If you’re going to let someone tell you how to read, make it Teddy Roosevelt. He managed, somehow, to be incredibly well-read without becoming a book snob, all while president-ing and “carrying a big stick.” (No, that’s not a euphemism.)
Book Riot’s list of Roosevelt’s “Rules” for Reading was cobbled together from passages straight out of his autobiography. The first rule addresses “100 Greatest Books” lists specifically. Says Roosevelt:
It is all right for a man to amuse himself by composing a list of a hundred very good books… But there is no such thing as a hundred books that are best for all men, or for the majority of men, or for one man at all times.
It’s absolutely no surprise that I’m finding these words to be thoroughly accurate—no surprise, that is, not just because Teddy Roosevelt said them, but because they represent some pretty obvious logic. Frankly, I suspect some of the authors I’ve read for The 100 Greatest Books Challenge of trying to write terrible novels (I’m side-eyeing you, Updike). According to some people—many people, even—these books are not just great; they’re among the greatest ever published. In a way, we’re bullied into thinking they have merit even when our eyes and brains tell us otherwise.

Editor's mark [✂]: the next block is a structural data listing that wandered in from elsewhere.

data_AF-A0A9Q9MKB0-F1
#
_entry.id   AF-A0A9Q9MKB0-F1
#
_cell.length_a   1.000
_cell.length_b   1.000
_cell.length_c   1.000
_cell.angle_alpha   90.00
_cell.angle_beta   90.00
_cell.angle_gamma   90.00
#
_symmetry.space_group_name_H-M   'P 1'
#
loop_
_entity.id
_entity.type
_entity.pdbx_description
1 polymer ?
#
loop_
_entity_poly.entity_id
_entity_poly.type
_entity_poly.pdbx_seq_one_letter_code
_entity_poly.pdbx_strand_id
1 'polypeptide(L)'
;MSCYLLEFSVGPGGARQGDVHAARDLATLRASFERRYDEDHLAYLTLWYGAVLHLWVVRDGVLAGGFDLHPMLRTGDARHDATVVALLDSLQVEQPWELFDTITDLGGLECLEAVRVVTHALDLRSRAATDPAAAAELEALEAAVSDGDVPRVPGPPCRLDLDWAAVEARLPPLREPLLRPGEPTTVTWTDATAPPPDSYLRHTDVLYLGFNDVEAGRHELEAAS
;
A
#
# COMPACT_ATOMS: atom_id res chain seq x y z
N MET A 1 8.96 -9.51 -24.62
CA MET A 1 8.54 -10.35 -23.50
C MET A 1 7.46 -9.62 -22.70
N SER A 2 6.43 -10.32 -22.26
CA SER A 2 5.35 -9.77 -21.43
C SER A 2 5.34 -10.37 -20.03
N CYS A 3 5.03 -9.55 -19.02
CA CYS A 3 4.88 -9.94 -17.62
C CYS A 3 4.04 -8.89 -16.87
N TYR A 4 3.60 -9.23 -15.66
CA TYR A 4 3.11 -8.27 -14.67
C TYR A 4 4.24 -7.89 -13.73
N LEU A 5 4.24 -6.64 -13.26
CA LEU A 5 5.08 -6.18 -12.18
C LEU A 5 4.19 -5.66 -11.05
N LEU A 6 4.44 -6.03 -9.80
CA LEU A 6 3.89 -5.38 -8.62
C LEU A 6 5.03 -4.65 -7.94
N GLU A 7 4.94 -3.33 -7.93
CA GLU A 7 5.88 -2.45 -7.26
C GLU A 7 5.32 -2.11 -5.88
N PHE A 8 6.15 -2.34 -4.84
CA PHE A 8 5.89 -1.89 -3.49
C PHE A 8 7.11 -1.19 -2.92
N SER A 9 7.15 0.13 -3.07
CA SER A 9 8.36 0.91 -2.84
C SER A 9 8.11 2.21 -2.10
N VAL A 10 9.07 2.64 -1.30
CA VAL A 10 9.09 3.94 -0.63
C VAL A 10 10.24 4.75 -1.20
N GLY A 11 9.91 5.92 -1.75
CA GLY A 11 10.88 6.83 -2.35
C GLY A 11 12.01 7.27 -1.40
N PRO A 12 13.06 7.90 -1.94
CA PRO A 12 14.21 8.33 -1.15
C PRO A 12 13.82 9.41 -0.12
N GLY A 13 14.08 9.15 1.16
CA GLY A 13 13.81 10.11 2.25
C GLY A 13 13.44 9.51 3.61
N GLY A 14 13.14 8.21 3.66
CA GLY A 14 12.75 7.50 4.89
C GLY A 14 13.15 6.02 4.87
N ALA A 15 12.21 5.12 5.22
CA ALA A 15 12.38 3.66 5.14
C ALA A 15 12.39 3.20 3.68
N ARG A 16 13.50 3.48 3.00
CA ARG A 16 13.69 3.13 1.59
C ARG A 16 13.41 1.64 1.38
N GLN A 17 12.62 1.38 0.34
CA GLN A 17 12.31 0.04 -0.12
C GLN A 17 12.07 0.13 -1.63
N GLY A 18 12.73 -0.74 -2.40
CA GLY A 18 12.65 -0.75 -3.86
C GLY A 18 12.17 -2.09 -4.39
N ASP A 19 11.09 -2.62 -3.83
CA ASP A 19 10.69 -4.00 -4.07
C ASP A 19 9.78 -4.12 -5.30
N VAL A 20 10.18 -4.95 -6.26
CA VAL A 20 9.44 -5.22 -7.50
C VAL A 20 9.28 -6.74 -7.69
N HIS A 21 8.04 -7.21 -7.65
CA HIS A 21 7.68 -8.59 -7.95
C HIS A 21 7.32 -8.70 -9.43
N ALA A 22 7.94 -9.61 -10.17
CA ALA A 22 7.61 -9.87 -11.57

I, for one, am taking the most dramatic stand possible: a blog. A blog in which I offer my own rant, rave, or lukewarm review of the world’s classic literature. You’re welcome, Roosevelt. I hereby dedicate this blog post to you and your enormous stick.
The reader, the booklover, must meet his own needs without paying too much attention to what his neighbors say those needs should be.
YES. High-five me right now from beyond the grave, OK, Roosevelt? Ugh, you think fist bumps are more masculine? Fine, whatever.
Here’s Roosevelt’s, and my, point: Read whatever you want. Like whatever you want. Accept book recommendations gracefully because they are probably well-intended—and then hate those books if you must. But most importantly, use the word “booklover” regularly in conversation, because it is glorious.
As Anna Quindlen says, these “greatest books” lists are maddening and completely subjective…and we love them.
I love this. There is too much elitism in the reading world, too much right vs wrong in something that is a totally subjective experience. The point is to read what you love and love what you read. Thank you for posting this :)